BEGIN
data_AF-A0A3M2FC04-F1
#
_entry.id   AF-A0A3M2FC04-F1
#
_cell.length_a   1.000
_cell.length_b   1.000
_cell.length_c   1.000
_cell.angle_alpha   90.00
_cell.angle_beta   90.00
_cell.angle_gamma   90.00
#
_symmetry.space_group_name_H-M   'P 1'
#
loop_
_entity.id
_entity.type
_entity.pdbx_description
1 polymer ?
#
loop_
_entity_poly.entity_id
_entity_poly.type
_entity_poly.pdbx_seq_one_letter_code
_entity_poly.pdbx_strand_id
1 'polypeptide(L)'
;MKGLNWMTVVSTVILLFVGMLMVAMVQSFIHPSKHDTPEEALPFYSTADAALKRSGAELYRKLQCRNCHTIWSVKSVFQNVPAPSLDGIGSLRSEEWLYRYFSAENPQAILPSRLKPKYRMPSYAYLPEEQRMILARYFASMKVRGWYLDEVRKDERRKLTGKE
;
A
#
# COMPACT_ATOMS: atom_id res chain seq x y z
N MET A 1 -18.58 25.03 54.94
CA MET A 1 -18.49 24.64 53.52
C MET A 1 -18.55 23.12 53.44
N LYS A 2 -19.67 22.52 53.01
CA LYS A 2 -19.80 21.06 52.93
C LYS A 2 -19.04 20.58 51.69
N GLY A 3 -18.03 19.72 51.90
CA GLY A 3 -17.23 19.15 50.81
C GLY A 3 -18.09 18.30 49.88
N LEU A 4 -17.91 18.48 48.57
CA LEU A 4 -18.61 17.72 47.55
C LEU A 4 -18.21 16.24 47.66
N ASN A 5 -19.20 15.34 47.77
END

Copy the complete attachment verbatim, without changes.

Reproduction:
data_AF-A0A3M2FC04-F1
#
_entry.id   AF-A0A3M2FC04-F1
#
_cell.length_a   1.000
_cell.length_b   1.000
_cell.length_c   1.000
_cell.angle_alpha   90.00
_cell.angle_beta   90.00
_cell.angle_gamma   90.00
#
_symmetry.space_group_name_H-M   'P 1'
#
loop_
_entity.id
_entity.type
_entity.pdbx_description
1 polymer ?
#
loop_
_entity_poly.entity_id
_entity_poly.type
_entity_poly.pdbx_seq_one_letter_code
_entity_poly.pdbx_strand_id
1 'polypeptide(L)'
;MKGLNWMTVVSTVILLFVGMLMVAMVQSFIHPSKHDTPEEALPFYSTADAALKRSGAELYRKLQCRNCHTIWSVKSVFQNVPAPSLDGIGSLRSEEWLYRYFSAENPQAILPSRLKPKYRMPSYAYLPEEQRMILARYFASMKVRGWYLDEVRKDERRKLTGKE
;
A
#
# COMPACT_ATOMS: atom_id res chain seq x y z
N MET A 1 -18.58 25.03 54.94
CA MET A 1 -18.49 24.64 53.52
C MET A 1 -18.55 23.12 53.44
N LYS A 2 -19.67 22.52 53.01
CA LYS A 2 -19.80 21.06 52.93
C LYS A 2 -19.04 20.58 51.69
N GLY A 3 -18.03 19.72 51.90
CA GLY A 3 -17.23 19.15 50.81
C GLY A 3 -18.09 18.30 49.88
N LEU A 4 -17.91 18.48 48.57
CA LEU A 4 -18.61 17.72 47.55
C LEU A 4 -18.21 16.24 47.66
N ASN A 5 -19.20 15.34 47.77